This Week in Nature

In a paper published online in advance in Nature this week, researchers at the Northwestern University Feinberg School of Medicine and elsewhere report that mutations in UBQLN2 — which encodes the ubiquitin-like protein ubiquilin 2 — "cause dominantly inherited, chromosome-X-linked ALS [amyotrophic lateral sclerosis] and ALS/dementia." In its functional analyses, the team found evidence linking "abnormalities in ubiquilin 2 to defects in the protein degradation pathway, abnormal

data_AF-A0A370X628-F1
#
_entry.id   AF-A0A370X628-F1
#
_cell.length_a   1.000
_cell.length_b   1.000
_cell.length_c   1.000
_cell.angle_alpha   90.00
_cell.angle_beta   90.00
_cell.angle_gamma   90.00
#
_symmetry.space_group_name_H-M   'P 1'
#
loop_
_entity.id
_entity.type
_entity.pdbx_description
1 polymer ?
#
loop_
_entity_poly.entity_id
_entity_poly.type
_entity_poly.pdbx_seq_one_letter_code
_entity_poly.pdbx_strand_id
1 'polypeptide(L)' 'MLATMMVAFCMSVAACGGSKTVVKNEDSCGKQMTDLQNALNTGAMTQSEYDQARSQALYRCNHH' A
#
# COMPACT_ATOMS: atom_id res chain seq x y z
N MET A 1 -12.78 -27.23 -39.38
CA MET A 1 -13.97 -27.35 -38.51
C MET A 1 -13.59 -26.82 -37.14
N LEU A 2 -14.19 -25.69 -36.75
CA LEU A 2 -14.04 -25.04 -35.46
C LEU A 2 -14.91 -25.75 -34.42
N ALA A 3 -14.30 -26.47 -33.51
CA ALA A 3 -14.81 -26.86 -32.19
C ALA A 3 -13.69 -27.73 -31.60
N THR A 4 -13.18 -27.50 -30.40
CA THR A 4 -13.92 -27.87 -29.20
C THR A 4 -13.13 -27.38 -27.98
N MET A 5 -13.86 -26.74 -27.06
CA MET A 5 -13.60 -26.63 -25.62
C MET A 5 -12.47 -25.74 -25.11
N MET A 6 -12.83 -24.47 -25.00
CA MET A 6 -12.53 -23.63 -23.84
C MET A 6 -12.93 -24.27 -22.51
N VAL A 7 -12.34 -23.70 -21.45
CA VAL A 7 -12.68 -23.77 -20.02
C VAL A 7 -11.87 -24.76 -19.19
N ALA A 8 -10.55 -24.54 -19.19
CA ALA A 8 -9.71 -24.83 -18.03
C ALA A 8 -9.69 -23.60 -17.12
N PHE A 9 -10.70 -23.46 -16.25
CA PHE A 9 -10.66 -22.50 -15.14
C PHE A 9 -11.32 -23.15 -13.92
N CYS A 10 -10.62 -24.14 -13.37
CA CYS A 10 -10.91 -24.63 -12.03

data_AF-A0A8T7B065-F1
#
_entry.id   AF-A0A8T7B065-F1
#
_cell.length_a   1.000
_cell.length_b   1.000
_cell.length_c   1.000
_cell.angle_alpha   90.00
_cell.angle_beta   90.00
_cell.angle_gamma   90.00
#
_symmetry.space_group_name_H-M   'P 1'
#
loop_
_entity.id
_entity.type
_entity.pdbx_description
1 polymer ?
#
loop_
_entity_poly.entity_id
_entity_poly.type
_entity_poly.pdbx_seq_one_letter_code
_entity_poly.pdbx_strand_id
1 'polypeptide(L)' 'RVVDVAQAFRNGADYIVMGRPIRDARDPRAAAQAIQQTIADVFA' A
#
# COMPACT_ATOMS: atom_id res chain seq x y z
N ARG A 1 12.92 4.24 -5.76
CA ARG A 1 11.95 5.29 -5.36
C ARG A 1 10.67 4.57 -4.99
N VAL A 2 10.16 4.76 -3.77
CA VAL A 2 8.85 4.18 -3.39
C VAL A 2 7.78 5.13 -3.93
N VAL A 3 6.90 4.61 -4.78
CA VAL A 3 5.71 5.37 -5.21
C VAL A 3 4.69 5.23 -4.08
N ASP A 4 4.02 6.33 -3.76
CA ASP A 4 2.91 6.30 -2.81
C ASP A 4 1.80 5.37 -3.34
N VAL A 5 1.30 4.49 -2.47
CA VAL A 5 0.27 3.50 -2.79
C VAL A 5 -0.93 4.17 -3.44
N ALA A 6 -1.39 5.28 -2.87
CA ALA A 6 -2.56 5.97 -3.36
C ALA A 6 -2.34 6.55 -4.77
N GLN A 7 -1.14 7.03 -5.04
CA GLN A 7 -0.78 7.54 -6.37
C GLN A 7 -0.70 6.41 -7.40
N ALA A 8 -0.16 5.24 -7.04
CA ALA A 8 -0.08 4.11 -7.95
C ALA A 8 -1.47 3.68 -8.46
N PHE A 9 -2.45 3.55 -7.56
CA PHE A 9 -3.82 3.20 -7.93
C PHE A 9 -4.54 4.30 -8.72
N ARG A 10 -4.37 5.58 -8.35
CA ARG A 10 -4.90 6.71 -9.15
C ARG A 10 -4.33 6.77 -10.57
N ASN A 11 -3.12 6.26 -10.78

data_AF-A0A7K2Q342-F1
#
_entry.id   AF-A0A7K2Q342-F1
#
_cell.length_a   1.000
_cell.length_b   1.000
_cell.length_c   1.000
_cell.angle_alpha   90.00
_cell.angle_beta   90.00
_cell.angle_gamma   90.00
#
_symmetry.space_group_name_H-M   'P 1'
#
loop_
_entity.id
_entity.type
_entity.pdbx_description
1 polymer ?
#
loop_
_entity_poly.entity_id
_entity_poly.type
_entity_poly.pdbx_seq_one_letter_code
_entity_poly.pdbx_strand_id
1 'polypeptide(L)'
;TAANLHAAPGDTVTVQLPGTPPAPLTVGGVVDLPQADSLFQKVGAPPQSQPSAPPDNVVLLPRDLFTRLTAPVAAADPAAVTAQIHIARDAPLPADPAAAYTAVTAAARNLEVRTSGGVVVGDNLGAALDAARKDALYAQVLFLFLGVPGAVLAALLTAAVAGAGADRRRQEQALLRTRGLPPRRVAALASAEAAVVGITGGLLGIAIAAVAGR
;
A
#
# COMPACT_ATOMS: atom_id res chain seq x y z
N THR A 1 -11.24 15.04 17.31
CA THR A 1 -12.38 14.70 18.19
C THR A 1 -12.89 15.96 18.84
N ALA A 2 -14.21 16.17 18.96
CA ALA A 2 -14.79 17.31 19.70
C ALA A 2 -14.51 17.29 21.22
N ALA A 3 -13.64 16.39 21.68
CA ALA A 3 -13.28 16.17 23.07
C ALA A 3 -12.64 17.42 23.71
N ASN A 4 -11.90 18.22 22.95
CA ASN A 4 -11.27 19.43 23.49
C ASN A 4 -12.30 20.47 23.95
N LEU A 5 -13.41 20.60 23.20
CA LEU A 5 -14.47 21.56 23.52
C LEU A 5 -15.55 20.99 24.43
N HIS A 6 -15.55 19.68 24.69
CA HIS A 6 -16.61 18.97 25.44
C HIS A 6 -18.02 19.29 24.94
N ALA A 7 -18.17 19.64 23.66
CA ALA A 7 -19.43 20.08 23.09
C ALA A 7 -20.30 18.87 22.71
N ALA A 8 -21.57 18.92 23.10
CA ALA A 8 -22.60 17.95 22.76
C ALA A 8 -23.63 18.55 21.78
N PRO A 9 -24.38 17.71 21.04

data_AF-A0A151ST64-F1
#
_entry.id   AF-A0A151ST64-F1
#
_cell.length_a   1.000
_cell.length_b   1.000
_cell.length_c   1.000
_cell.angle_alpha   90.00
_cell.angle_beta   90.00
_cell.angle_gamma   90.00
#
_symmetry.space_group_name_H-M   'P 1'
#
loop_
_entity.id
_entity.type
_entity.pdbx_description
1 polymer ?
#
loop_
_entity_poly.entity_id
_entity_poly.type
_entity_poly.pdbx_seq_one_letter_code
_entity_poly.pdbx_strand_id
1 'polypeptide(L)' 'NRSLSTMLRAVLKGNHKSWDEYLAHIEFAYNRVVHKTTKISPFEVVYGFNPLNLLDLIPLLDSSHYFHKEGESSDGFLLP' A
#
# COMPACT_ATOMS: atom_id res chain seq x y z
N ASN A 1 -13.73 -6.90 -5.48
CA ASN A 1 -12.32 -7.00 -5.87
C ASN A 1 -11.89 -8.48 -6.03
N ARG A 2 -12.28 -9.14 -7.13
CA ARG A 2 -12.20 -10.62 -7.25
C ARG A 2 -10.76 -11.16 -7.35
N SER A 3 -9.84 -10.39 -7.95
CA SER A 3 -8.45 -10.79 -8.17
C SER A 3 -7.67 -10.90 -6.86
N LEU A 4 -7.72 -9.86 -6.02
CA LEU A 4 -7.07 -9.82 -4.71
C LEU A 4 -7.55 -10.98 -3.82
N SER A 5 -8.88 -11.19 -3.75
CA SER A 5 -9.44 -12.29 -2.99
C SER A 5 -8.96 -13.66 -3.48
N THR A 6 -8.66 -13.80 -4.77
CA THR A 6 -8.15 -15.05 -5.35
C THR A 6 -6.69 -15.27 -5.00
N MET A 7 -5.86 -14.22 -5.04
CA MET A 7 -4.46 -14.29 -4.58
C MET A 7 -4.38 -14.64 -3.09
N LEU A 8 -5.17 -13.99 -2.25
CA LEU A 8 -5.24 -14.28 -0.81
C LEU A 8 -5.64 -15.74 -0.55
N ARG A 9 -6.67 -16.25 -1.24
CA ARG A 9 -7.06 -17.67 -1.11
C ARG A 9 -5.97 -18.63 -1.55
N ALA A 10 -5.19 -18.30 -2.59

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Direct-to-consumer genetic testing companies have offered to test families separated at the southern US border, but that raises ethical issues.

The New York Times reports on a project to develop a tree DNA database to uncover illegal logging.

CNBC reports that confirming a positive result from 23andMe's BRCA health report can be expensive.

In PLOS this week: links between gut microbiome and colorectal cancer mutations, targeted sequencing uncovers genetic susceptibilities to epilepsy in Koreans, and more.